What You Should And Should Never Say To Someone Who Is Depressed

The Bad

It isn’t even a real illness”. That is ignorant and downright rude. You need to brush up your knowledge about mental illness and not speak until you know.

“Just be over it”. Well if it were that easy, you’d think they would have just hopped on the happy train. It is not as simple as that and you thinking so just adds to their suffering.

“Mental Illness! That means you are crazy.” Crazy is not an umbrella term you can use for all mental illness. Mental Illness is as much a reality as physical ailments.

“Everyone has bad days now and again.” It is a genuine, sometime life threatening illness. It cannot be brushed away like that.

“Why are you depressed, there are people who have much bigger problems than yours?” You cannot decide what might cause pain to someone. This isn’t a competition.

“It is just in your head.” This is ignorant, dismissive and rude. All at the same time. This is not something that can be shrugged off at will.

“You have so much, you are really lucky.” Depression is a serious illness. It doesn’t come after checking your mortgage situation. It can happen to anyone regardless of their social and economic stature.

“You just have to be positive.” Again, it is an illness that needs to be treated. It cannot be done away with just by being positive.

“You just need to stop being sorry for yourself.” The sufferer isn’t enjoying being the victim. They need professional help not this.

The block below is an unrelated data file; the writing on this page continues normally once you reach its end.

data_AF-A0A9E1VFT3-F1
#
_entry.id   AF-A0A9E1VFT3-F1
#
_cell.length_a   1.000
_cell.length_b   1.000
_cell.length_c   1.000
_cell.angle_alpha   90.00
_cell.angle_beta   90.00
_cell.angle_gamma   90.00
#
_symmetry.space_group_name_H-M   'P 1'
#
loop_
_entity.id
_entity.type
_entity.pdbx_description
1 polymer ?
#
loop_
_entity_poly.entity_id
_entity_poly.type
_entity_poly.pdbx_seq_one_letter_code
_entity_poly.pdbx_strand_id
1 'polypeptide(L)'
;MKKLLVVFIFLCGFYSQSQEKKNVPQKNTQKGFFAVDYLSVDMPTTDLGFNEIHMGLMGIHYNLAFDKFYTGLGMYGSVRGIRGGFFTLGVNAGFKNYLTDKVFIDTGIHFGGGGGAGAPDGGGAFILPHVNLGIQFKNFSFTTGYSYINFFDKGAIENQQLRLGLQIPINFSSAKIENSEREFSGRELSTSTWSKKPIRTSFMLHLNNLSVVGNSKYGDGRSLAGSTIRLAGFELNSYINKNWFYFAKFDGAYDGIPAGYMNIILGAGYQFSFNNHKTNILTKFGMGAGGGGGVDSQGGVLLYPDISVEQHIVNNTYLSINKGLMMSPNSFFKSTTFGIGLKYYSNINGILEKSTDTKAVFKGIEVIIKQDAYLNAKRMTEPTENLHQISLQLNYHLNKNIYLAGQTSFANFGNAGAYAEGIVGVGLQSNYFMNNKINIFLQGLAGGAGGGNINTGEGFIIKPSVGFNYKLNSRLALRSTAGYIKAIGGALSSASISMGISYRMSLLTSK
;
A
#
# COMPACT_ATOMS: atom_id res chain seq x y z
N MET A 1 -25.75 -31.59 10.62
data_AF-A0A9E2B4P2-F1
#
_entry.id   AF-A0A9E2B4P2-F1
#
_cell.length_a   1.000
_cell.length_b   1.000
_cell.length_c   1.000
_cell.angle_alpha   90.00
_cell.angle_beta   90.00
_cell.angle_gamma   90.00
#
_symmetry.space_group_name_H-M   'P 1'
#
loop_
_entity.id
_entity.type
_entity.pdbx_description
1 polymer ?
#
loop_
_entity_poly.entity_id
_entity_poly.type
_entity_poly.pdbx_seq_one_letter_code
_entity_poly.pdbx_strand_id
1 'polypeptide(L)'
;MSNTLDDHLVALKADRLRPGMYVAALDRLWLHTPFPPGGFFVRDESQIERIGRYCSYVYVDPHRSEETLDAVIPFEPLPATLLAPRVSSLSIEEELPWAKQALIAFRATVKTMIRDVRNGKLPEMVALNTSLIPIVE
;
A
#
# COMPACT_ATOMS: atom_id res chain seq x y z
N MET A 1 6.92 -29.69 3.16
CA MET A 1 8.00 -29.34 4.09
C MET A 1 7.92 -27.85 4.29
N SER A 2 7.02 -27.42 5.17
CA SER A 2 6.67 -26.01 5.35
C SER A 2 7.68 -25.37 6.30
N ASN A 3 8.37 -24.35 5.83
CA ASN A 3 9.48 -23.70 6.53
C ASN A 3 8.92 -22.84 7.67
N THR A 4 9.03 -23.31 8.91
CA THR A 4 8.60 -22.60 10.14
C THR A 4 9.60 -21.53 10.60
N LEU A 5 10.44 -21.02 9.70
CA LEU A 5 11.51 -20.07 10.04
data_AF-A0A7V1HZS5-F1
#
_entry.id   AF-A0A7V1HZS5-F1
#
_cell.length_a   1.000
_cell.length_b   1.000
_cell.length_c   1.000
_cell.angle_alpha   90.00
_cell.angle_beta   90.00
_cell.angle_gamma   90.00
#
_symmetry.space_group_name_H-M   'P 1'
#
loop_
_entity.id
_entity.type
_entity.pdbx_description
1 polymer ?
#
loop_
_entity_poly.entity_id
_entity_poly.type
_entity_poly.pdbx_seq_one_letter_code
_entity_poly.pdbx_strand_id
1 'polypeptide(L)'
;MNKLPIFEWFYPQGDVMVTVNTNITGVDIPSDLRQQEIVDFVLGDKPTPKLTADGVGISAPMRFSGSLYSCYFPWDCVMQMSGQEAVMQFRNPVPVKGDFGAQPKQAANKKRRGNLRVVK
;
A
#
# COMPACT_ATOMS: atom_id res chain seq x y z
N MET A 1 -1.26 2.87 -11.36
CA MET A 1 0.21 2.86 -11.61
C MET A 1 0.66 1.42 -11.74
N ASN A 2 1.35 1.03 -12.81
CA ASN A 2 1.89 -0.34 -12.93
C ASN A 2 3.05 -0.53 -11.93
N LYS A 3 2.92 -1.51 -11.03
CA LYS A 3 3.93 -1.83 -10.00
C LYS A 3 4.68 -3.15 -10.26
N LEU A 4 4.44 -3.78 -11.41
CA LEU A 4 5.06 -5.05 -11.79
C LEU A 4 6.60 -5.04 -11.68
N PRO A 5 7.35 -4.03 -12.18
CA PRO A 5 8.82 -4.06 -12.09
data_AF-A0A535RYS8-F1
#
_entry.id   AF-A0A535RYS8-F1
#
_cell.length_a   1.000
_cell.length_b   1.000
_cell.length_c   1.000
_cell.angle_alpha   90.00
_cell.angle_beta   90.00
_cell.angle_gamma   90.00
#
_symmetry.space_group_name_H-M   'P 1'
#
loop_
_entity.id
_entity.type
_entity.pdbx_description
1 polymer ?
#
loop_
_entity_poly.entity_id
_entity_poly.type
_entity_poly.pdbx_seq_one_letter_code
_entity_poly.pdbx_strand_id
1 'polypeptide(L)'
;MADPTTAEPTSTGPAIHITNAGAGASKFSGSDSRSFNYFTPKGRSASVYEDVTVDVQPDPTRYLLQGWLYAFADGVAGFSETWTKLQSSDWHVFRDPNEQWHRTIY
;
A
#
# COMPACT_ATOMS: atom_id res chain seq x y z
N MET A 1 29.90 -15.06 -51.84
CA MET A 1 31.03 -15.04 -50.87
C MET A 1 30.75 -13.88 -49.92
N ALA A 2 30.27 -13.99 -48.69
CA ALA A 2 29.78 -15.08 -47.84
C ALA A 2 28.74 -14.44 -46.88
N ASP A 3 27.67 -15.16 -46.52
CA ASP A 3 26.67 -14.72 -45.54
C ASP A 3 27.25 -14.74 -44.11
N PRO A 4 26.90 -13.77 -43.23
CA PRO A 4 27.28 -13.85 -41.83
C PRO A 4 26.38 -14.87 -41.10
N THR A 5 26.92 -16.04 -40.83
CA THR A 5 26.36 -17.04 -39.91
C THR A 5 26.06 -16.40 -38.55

The Good

“I love you.” For someone suffering from depression it can be hard to believe that anyone loves them because they can’t love even themselves. Saying it loud can help them realize that this is not true and they are worthy of being loved.

“I’m here when you need me.” They don’t need you to make everything alright for them. They just need your support.

“Is there any way I can make it better for you, anything I can do?” Don’t tell them what you think is best for them, ask what they need.

“Would you like to talk about it?” Sometimes all they need is a willing ear who’d listen to them without any judgement. Don’t pressurize them into anything but be there for them

“I might not quite know exactly what you are going through, but I’m here for you nonetheless.” Acting like you understand when you clearly don’t is not going to help them. This would.

“I’m sorry that you have to suffer like this.” Obviously it won’t take away their pain. But having someone acknowledge their pain is sometimes enough to give them the strength to fight it.

“I have been through this too.” If you have suffered from depression yourself and are open to share it with them, it can help them a great deal because they’d not feel alone anymore.

“Have you seen any doctor or made appointments yet?” Not only does this acknowledge that they are in pain, it also encourages them to get help as many people feel it’s a taboo. By saying this you are reassuring them that this is the right thing to do.

“It is very hard right now, but you will pull through.” It will give them much needed hope.

“Can you think of anything that will take your mind off it?” This will encourage them to try and be happy and show your support.